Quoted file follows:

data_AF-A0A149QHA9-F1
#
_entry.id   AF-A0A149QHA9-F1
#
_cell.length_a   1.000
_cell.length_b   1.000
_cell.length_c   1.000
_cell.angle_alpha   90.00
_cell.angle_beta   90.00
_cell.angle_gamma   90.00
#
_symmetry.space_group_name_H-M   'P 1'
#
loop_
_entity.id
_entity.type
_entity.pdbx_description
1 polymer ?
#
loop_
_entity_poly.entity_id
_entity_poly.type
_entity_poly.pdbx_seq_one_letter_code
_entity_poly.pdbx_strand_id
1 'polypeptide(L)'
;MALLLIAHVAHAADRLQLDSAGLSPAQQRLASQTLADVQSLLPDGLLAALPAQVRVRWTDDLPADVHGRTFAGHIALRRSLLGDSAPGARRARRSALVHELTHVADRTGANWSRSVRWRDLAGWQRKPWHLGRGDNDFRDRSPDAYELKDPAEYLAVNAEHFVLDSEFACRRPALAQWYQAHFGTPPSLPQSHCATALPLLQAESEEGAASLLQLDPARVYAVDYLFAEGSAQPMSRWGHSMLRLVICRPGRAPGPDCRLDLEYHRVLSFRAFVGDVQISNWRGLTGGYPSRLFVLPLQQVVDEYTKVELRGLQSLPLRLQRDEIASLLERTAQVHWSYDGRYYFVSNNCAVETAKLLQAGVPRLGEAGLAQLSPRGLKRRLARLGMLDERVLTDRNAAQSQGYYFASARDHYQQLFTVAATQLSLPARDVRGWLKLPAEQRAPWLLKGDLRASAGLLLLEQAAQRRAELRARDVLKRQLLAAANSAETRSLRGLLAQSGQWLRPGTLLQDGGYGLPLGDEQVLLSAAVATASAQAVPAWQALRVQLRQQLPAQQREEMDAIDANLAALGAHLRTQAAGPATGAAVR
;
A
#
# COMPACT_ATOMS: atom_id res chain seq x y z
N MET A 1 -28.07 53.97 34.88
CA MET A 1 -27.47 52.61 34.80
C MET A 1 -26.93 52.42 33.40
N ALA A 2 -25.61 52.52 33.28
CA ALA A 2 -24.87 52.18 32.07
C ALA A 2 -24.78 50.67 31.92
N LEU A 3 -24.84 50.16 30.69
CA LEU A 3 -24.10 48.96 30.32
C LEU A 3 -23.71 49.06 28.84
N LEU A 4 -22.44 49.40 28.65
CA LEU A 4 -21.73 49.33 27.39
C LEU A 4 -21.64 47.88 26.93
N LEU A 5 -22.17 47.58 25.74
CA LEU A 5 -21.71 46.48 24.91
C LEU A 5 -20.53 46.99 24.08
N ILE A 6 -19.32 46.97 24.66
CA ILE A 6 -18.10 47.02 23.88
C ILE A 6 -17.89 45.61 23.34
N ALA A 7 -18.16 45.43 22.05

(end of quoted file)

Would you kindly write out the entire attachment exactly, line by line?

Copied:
data_AF-A0A149QHA9-F1
#
_entry.id   AF-A0A149QHA9-F1
#
_cell.length_a   1.000
_cell.length_b   1.000
_cell.length_c   1.000
_cell.angle_alpha   90.00
_cell.angle_beta   90.00
_cell.angle_gamma   90.00
#
_symmetry.space_group_name_H-M   'P 1'
#
loop_
_entity.id
_entity.type
_entity.pdbx_description
1 polymer ?
#
loop_
_entity_poly.entity_id
_entity_poly.type
_entity_poly.pdbx_seq_one_letter_code
_entity_poly.pdbx_strand_id
1 'polypeptide(L)'
;MALLLIAHVAHAADRLQLDSAGLSPAQQRLASQTLADVQSLLPDGLLAALPAQVRVRWTDDLPADVHGRTFAGHIALRRSLLGDSAPGARRARRSALVHELTHVADRTGANWSRSVRWRDLAGWQRKPWHLGRGDNDFRDRSPDAYELKDPAEYLAVNAEHFVLDSEFACRRPALAQWYQAHFGTPPSLPQSHCATALPLLQAESEEGAASLLQLDPARVYAVDYLFAEGSAQPMSRWGHSMLRLVICRPGRAPGPDCRLDLEYHRVLSFRAFVGDVQISNWRGLTGGYPSRLFVLPLQQVVDEYTKVELRGLQSLPLRLQRDEIASLLERTAQVHWSYDGRYYFVSNNCAVETAKLLQAGVPRLGEAGLAQLSPRGLKRRLARLGMLDERVLTDRNAAQSQGYYFASARDHYQQLFTVAATQLSLPARDVRGWLKLPAEQRAPWLLKGDLRASAGLLLLEQAAQRRAELRARDVLKRQLLAAANSAETRSLRGLLAQSGQWLRPGTLLQDGGYGLPLGDEQVLLSAAVATASAQAVPAWQALRVQLRQQLPAQQREEMDAIDANLAALGAHLRTQAAGPATGAAVR
;
A
#
# COMPACT_ATOMS: atom_id res chain seq x y z
N MET A 1 -28.07 53.97 34.88
CA MET A 1 -27.47 52.61 34.80
C MET A 1 -26.93 52.42 33.40
N ALA A 2 -25.61 52.52 33.28
CA ALA A 2 -24.87 52.18 32.07
C ALA A 2 -24.78 50.67 31.92
N LEU A 3 -24.84 50.16 30.69
CA LEU A 3 -24.10 48.96 30.32
C LEU A 3 -23.71 49.06 28.84
N LEU A 4 -22.44 49.40 28.65
CA LEU A 4 -21.73 49.33 27.39
C LEU A 4 -21.64 47.88 26.93
N LEU A 5 -22.17 47.58 25.74
CA LEU A 5 -21.71 46.48 24.91
C LEU A 5 -20.53 46.99 24.08
N ILE A 6 -19.32 46.97 24.66
CA ILE A 6 -18.10 47.02 23.88
C ILE A 6 -17.89 45.61 23.34
N ALA A 7 -18.16 45.43 22.05